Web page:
Grammar Monster
Grammar Monster

Plural of Flamingo

The Quick Answer
The plural of flamingo is flamingos or flamingoes.

The Plural of Flamingo

The plural of flamingo is flamingos or flamingoes.
  • Well-fed, healthy flamingos are more vibrantly colored.
  • Flamingoes aggressively defend their nesting sites.
The noun flamingo adheres to the standard rules for forming the plurals of nouns in English (shown in the table below).

Type Example of Type Forming the Plural Plural
Most Nouns lamp
scythe
add s lamps
scythes
Noun Ending s, sh, ch, x or z bus
dress
add es buses
dresses
Nouns ending [consonant] o flamingo
zero
tomato
add either s or es
(There are no rules for this - you have to know.)
flamingos or flamingoes
zeros
tomatoes
Nouns ending [vowel] o patio
ratio
add s patios
ratios
Nouns ending [consonant] y story
penny
change the y to an i and add es stories
pennies
Nouns ending [vowel] y storey ()
donkey
add s storeys
donkeys
Nouns ending f or fe dwarf
knife
ves and/or s
(There are no rules - you have to know.)
dwarfs
knives
Exceptions man
louse
some nouns undergo a vowel or letters change men
lice
More exceptions salmon
sheep
some nouns do not change at all salmon
sheep

Why Is There Confusion over the Plural of flamingo?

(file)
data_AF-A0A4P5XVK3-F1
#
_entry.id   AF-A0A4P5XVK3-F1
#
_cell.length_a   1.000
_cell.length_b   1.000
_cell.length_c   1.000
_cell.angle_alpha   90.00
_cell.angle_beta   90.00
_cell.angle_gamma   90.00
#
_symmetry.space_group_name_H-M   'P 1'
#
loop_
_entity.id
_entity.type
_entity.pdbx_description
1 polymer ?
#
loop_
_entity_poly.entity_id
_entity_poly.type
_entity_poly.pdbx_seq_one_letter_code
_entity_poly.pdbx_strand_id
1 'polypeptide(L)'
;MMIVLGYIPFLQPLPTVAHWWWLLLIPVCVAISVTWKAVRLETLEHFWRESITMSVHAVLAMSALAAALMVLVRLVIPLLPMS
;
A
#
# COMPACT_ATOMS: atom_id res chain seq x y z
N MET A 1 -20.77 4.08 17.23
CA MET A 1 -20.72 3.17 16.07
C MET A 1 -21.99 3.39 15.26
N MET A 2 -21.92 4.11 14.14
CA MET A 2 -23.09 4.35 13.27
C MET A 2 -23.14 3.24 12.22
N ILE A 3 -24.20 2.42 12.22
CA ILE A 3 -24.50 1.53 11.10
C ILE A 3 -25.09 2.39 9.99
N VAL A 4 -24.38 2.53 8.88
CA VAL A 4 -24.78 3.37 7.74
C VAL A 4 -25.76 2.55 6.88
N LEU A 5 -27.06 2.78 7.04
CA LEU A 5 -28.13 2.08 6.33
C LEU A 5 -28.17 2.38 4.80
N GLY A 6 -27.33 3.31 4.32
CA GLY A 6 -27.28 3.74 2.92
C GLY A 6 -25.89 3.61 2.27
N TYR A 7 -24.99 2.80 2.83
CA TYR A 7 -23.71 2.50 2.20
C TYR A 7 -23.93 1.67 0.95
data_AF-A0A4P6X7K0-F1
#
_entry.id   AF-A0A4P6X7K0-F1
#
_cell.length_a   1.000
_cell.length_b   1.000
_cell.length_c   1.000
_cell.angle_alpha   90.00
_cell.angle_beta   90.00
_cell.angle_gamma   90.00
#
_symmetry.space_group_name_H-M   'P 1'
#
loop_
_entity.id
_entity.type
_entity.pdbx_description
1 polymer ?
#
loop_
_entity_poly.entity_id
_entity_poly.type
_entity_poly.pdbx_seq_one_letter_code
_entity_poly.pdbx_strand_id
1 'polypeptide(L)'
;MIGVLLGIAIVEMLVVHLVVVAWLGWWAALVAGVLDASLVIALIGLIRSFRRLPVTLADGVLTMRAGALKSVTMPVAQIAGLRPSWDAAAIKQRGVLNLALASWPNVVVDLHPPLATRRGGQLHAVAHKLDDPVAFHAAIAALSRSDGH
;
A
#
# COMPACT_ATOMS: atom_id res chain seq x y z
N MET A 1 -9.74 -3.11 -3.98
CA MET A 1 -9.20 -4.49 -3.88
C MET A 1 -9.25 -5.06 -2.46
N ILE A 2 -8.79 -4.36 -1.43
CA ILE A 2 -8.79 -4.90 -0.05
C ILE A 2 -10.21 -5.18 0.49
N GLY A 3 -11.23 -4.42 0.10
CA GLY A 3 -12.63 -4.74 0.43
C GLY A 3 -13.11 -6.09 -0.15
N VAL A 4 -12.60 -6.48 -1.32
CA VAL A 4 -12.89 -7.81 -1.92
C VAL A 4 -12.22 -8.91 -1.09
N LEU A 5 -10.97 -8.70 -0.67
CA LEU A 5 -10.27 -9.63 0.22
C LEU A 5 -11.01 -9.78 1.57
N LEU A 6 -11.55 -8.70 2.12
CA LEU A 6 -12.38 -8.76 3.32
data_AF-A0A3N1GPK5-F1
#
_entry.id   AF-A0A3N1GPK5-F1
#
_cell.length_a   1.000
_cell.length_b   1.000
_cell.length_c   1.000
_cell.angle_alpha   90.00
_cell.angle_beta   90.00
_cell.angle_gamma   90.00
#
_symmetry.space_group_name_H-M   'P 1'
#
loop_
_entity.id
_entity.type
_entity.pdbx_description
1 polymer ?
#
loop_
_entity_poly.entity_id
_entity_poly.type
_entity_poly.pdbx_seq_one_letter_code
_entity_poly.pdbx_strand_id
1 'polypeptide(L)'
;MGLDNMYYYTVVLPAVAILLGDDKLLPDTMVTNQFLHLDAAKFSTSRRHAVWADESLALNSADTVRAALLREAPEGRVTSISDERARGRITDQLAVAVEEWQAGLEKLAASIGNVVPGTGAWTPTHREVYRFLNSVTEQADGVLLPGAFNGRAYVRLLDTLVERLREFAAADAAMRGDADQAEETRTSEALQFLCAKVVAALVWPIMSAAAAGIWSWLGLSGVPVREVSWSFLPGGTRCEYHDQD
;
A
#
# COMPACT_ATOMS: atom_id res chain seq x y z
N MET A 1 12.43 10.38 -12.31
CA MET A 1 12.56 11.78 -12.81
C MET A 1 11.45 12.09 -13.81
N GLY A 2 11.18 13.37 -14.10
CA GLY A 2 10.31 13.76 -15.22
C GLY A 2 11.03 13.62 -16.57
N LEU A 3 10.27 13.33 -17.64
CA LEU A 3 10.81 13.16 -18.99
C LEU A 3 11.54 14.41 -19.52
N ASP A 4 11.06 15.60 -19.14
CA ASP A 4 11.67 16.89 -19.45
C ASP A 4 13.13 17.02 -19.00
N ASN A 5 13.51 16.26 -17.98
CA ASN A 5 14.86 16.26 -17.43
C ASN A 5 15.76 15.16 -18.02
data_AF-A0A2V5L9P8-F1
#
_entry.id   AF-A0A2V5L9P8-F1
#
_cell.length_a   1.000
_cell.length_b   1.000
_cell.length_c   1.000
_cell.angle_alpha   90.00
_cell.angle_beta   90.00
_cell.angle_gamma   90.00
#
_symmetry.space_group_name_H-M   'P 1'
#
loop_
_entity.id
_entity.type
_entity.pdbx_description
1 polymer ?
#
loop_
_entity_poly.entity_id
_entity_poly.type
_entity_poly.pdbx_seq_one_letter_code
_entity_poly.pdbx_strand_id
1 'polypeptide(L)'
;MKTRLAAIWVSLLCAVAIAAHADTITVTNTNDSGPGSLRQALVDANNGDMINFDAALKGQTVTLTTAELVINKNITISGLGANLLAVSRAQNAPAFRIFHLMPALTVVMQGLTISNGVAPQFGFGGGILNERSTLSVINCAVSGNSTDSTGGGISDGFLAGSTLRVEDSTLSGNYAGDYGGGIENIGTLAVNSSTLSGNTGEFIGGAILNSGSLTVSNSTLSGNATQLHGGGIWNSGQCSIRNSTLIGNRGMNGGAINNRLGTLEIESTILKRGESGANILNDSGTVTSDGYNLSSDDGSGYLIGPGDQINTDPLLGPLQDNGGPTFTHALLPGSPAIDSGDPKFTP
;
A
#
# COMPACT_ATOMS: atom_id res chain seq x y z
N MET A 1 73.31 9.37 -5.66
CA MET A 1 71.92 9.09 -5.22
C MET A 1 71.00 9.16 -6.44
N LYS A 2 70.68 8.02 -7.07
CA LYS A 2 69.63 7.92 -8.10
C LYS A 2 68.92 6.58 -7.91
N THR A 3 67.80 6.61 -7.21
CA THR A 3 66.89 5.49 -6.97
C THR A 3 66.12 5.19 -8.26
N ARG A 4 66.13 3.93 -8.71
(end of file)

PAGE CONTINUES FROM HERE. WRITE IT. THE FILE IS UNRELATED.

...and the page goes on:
There is confusion because the rule for forming plurals with nouns ending in o isn't straightforward. Most nouns will just add an s. For example:
  • Zoo becomes zoos.
  • Piano becomes pianos.
Some add es. For example:
  • Potato becomes potatoes.
  • Torpedo becomes torpedoes.
With some words, both versions are accepted. For example:
  • Mango becomes mangoes or mangos.
  • Echo becomes echoes or echos.
The plural of flamingo can be either flamingos or flamingoes. Unfortunately, there is no clever way of knowing which nouns ending o follow which rules. You have to know. (For example, you have to know that solo becomes solos, but tomatos becomes tomatoes.)

Though flamingos and flamingoes are both accepted plurals, flamingos is the more common of the two. (See the difference in Google's Ngram Viewer.)
Beware

Don't Use an Apostrophe to Form a Plural

Adding 's is never an option when forming the plural of a noun. Despite this simple rule, inexperienced writers often feel compelled to add an apostrophe, especially when the noun ends with a vowel (e.g., piano, tomato, emu). For example:
  • Cello's are one of the mose expensive instruments.
  • Cellos are one of the mose expensive instruments.
Read more about apostrophes and plurals.
Read more about using apostrophes.